It used to be that San Francisco or New York were the only places one should consider if one was thinking of starting a business, tech or not. Today? Not necessarily so. With the speed at which business has grown online, you can now open your start up anywhere and have a decent chance of success.

If you want to increase those chances of success? Understanding what you are looking for will help you narrow down your choices to the best city for you personally.

Curious about the elements that make for a supportive environment for startups? If so, read on.

Hera Hub, San Diego
photo credit: Hera Hub

1. Does it have spaces geared for collaboration?

Being able to bounce your ideas off someone is key to helping launch a product, a business idea, or other initiative. Because entrepreneurs often work alone, cities that are great for entrepreneurs have spaces that provide for this kind of interaction. These collaborative spaces provide a supportive environment that fosters success in freelancers and solopreneurs.

Some cities design for this purpose from the start. The ones that do use urban living architects to create buildings that fulfill multiple roles within a community. What does that look like when you are evaluating a city and seeing if it can provide the kind of collaboration you are looking for? In San Diego, Hera Hub has created a space that is a spa but also offers work and meeting spaces for professional women. The innovative facility provides women with access to business experts and networking opportunities.

Look for cities that provide spaces where you can meet up with others who are in the same boat as you. A supportive community can help to bolster you when you need that extra push over the top.

2. Does it have affordable rent and low cost of living?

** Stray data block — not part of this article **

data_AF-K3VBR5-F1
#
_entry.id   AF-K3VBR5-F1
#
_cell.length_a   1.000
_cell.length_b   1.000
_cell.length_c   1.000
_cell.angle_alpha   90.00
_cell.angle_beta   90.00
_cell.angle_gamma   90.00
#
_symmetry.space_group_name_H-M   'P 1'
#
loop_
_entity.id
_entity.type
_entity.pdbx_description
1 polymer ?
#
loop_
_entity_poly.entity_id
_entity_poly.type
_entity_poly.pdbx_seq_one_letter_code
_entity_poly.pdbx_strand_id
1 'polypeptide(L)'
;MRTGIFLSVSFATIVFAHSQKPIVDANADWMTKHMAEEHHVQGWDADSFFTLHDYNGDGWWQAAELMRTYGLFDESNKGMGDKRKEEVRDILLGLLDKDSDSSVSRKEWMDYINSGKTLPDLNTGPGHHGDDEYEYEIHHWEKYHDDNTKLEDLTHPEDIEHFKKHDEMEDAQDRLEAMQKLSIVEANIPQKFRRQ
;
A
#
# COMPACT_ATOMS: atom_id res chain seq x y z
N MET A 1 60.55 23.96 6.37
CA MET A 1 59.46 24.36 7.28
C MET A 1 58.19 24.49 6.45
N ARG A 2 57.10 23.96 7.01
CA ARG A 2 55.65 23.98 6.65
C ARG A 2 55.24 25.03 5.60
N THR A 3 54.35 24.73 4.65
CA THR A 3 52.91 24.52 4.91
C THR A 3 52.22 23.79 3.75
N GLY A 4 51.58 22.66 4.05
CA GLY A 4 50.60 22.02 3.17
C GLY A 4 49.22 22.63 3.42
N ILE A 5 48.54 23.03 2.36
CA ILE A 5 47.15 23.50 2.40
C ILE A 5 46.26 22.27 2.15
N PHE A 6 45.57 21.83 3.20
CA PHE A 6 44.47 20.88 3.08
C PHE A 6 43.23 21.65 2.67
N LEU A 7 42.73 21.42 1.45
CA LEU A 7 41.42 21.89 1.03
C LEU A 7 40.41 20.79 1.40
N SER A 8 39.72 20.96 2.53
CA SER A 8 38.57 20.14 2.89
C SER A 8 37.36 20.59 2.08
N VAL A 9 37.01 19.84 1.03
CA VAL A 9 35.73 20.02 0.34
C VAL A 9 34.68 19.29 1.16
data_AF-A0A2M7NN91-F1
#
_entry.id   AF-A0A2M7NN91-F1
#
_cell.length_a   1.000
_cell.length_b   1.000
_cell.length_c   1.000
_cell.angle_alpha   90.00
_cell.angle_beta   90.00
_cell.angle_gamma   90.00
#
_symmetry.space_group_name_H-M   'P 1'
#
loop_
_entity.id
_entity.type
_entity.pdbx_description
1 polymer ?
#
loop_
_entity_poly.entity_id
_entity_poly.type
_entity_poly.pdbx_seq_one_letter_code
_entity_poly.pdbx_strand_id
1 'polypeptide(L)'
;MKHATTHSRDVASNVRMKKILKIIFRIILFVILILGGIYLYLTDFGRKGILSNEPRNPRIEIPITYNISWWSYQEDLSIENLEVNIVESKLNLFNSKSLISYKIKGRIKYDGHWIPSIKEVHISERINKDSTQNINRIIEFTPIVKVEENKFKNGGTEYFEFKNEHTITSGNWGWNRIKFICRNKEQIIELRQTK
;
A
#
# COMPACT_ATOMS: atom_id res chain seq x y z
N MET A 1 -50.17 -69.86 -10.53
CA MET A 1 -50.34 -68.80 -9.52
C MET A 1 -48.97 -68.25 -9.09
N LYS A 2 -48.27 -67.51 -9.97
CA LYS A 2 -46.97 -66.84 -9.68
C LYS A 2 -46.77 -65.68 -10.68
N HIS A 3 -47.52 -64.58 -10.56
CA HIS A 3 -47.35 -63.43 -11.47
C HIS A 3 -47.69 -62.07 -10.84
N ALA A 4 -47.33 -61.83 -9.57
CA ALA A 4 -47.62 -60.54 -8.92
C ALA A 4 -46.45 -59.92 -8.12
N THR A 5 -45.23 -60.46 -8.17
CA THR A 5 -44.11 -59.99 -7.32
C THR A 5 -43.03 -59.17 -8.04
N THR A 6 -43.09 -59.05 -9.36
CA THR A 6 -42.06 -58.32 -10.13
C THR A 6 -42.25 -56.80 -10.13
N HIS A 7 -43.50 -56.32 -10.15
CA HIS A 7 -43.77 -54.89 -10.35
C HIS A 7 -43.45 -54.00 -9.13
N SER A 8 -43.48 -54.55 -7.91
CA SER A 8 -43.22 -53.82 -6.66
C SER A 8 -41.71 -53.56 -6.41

According to a Global Entrepreneurship Monitor report, 82 percent of start ups are self-funded. On a practical level, this often means that things are tight for the first couple of years for the person starting a business. Made worse if the city you live in has a high cost of living.

Being able to break even at the end of the day is vastly affected by how much money you need to bring in to stay solvent. These are elements affected by monthly rent for your office space, not to mention how much you are paying for your personal accommodations.

It is worthwhile to research cities that have affordable to low cost of living. This will allow you to funnel your income appropriately. Without it all going to things that do not advance your business or that do not equal business growth. Do searches for cities that have affordable to low cost of living, both on an individual level and for business expenses.

Sioux Falls, South Dakota
Downtown of Sioux Falls, South Dakota

3. Is the state tax friendly for businesses?

If you own a small business, state and other taxes will affect how well you do once tax season has come and gone. There are various aspects to consider when looking at the tax friendliness of each state. For example, individual income tax, sales tax, unemployment insurance tax, and major business tax.

Some of the states that are most well known as being tax friendly include South Dakota and Wyoming. Both states have no corporate or individual income tax. Montana and New Hampshire have no sales tax. And Florida has no individual income tax. On the other hand, states that have tax laws least favorable to businesses include Ohio, New Jersey, New York, and California.

Looking at a state’s tax laws and rates will give you an idea of how much you will walk away with after Uncle Sam has had his share. And this is an important aspect of finding a city in which to launch your start up.

4. Does the city have a good business success rate?

Finally, to round off this list, experts recommend taking a look at how many businesses have opened and stayed open within the last 5 years. In other words, how many small businesses have found success in that city? Taking a look at those kinds of statistics will give you insight into spots that are favorable to start ups.

Finding a city that has a low cost of living plus a thriving economy can be hard to pinpoint across so many states. But combine that with measuring state tax and other criteria, you will have a better idea of cities to avoid. And then from there you can narrow down your search.